One of the most enduring images of America is the open road, and the open road is surely incomplete without a deep-throated Harley tooling down it.
No doubt, Harley-Davidson (NYSE:HOG) is one of the most iconic consumer brands in America, pretty good for a manufacturer of niche products like motorcycles. Harley is on track to sell around 240,000 bikes worldwide in 2012, and haul in more than $5 billion in annual revenue.
The desirability of Harley’s products is reflected in its healthy profit margin: It rose to 35.9% in the first quarter of 2012, compared to 33.1% in first quarter 2011.
Founded in Milwaukee by William S. Harley and Arthur Davidson just after the turn of the 20th century, their namesake company has had a long, often bumpy history. It was one of only two major American motorcycle shops to survive the Depression, then fought its way to dominance, thanks to military contracts for motorcycles in both World Wars. The company fell on hard times again because of “biker gang” image problems in the 1970s and Japanese competition in the 1980s. But it has again found redemption as wealthy baby boomers took to the open road.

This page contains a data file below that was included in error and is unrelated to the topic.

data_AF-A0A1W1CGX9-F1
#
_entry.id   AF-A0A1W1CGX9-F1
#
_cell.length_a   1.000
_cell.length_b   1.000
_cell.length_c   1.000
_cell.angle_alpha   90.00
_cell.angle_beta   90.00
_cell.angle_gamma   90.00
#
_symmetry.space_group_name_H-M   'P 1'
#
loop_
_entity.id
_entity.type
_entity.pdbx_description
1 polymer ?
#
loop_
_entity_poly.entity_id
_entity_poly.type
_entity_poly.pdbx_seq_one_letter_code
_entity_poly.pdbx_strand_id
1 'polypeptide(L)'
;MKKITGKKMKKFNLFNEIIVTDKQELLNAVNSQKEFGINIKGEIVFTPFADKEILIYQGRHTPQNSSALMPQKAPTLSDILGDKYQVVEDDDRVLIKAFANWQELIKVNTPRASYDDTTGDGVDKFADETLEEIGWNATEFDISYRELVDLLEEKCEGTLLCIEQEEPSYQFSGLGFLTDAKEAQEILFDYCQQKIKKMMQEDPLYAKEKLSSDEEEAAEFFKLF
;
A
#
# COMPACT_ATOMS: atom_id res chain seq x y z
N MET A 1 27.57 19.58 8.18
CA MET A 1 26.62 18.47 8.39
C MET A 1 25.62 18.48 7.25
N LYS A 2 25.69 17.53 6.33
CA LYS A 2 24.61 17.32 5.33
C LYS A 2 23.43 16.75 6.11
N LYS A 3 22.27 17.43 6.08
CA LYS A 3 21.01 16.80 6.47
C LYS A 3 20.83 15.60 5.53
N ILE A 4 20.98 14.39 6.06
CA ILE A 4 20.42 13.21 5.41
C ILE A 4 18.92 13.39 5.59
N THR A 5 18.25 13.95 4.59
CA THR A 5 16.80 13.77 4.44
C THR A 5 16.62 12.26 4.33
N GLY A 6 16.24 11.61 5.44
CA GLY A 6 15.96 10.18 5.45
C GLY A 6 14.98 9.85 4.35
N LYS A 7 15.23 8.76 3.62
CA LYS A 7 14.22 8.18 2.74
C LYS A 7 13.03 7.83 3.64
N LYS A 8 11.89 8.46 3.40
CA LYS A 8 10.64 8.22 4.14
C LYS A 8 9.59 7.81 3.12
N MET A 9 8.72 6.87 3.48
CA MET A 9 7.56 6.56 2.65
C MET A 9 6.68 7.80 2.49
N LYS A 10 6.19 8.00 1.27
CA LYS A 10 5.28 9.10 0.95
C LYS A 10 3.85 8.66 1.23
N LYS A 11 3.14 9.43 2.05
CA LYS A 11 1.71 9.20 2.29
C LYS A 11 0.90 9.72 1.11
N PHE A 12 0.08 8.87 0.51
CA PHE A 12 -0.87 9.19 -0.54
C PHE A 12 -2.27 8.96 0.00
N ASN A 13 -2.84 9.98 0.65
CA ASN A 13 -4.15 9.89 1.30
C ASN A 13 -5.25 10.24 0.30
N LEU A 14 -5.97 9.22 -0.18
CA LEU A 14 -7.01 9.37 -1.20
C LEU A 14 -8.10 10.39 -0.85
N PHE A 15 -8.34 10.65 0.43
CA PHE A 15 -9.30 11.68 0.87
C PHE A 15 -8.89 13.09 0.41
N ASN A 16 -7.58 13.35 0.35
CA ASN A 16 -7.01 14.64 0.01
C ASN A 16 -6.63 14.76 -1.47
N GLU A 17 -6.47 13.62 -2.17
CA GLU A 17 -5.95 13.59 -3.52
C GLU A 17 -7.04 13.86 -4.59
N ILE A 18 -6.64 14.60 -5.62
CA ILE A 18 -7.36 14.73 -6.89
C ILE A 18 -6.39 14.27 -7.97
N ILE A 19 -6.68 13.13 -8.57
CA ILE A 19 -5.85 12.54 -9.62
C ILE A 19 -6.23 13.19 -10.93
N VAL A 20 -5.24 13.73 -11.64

Now, even as the U.S. — and much of the world — is struggling for growth, Harley is setting a strong pace in unit sales, income and margins.
Still, as much as Wisconsin is identified with Harley, the relationship has been a bit dicey lately. Though Harley decided to stay in Milwaukee and nearby Tomahawk, the decision came with concessions from unionized employees and the loss of a few hundred local jobs.
Where might the motorcycle giant turn next? Model proliferation could backfire if Harley starts making bikes that don’t have the Hog aura that buyers of all stripes long to cover themselves with. But you can count on it leaning ever more on Harley-Davidson-branded apparel and other products that even strictly wannabe bikers can display.
Harley’s troubles in the downturn, as well as its latest revival, show why the stock is a good indicator of overall U.S. business trends and consumer spending. For Wisconsin, Harley could be an indicator of how the state’s manufacturing sector — and its employees — are faring in the current economic climate.
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Mike Mercurio is Managing Editor of InvestorPlace. As of this writing, he did not hold a position in any of the aforementioned securities.